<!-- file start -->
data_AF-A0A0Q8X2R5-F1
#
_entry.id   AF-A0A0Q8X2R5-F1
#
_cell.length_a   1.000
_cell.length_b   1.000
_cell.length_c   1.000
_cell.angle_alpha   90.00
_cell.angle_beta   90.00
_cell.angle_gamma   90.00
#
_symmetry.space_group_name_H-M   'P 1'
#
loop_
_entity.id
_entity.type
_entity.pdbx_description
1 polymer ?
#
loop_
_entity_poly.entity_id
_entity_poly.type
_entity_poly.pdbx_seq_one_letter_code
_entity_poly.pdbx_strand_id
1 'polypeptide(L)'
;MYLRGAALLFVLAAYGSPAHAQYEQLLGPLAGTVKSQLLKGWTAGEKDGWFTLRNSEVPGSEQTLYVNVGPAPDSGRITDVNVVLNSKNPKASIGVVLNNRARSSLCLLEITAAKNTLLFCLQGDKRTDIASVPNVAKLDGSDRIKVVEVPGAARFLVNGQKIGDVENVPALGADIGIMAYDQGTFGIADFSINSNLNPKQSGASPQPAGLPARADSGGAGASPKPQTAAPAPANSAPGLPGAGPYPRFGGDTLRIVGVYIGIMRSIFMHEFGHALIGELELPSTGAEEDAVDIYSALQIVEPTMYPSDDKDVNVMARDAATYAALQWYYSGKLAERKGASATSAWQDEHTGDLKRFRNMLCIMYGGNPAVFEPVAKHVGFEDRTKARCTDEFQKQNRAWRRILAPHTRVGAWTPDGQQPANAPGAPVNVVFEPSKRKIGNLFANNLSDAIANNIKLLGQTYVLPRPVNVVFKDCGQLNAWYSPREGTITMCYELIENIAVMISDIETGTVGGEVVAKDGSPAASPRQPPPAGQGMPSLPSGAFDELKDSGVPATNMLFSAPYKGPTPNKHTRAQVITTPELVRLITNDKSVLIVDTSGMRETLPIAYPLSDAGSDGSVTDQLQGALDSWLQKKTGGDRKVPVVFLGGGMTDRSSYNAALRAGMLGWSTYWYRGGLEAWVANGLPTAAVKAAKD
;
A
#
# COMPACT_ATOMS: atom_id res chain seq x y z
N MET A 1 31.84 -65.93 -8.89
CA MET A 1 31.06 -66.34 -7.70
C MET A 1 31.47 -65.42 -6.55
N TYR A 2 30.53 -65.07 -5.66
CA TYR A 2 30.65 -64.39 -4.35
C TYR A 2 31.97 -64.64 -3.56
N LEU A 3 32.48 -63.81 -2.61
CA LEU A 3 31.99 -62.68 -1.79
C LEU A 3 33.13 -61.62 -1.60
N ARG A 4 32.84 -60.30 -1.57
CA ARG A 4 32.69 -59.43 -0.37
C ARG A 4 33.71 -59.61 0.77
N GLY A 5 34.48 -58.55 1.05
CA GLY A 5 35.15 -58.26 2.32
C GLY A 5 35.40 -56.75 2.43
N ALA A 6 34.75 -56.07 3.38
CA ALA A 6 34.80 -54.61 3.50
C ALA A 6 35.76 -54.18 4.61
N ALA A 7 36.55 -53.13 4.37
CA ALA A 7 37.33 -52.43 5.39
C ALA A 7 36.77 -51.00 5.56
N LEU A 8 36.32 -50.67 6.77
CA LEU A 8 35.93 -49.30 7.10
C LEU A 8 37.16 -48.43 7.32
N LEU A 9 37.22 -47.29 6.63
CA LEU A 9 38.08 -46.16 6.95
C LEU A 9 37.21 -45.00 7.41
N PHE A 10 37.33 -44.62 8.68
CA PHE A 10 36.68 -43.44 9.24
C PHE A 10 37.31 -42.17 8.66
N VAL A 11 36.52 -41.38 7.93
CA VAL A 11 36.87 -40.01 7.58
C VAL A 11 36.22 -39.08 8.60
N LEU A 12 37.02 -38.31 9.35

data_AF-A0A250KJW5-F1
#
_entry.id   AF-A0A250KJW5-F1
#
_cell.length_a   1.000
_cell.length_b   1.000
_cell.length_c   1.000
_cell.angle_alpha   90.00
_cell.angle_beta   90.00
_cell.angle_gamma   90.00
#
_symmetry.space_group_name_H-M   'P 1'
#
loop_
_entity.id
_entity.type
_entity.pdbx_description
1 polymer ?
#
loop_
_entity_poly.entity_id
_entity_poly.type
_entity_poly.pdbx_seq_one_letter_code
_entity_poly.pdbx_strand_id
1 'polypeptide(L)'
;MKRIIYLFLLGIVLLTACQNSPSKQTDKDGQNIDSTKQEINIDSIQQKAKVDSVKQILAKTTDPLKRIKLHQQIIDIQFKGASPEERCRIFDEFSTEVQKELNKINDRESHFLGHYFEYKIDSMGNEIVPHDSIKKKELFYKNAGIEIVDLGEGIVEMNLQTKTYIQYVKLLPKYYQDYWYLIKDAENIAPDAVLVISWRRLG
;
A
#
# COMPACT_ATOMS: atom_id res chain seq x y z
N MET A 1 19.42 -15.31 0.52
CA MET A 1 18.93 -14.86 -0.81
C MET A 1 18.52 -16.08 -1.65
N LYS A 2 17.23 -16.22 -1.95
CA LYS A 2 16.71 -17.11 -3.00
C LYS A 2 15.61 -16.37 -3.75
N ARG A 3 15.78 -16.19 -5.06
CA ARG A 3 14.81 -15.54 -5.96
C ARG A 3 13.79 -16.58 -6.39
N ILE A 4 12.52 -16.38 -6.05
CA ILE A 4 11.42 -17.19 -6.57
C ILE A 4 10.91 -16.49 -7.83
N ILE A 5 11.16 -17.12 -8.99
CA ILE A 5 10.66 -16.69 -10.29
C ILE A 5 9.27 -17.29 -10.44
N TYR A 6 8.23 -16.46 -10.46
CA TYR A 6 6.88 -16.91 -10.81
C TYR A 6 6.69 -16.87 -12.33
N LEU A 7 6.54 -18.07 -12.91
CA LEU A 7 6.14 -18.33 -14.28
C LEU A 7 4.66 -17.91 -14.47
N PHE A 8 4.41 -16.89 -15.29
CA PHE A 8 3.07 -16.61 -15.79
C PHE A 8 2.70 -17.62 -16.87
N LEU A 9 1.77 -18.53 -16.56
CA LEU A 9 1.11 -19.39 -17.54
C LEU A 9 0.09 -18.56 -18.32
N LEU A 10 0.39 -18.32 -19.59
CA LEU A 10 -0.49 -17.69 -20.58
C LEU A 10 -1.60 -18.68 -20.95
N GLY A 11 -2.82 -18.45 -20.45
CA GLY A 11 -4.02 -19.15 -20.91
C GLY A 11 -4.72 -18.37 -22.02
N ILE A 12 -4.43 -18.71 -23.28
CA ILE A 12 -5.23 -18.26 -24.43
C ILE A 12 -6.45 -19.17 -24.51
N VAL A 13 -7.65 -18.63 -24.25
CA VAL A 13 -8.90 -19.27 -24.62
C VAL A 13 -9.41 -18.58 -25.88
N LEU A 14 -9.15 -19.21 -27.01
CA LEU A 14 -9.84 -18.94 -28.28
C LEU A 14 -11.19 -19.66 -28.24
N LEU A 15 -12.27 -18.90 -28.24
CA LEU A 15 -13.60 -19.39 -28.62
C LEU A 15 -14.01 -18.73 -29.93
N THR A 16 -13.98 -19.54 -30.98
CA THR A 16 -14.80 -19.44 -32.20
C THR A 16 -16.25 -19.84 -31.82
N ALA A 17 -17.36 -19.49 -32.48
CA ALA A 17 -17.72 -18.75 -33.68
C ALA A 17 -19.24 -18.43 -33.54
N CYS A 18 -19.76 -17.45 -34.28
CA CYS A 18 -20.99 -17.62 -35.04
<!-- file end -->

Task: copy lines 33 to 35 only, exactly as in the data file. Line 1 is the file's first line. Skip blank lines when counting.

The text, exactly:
C MET A 1 31.47 -65.42 -6.55
N TYR A 2 30.53 -65.07 -5.66
CA TYR A 2 30.65 -64.39 -4.35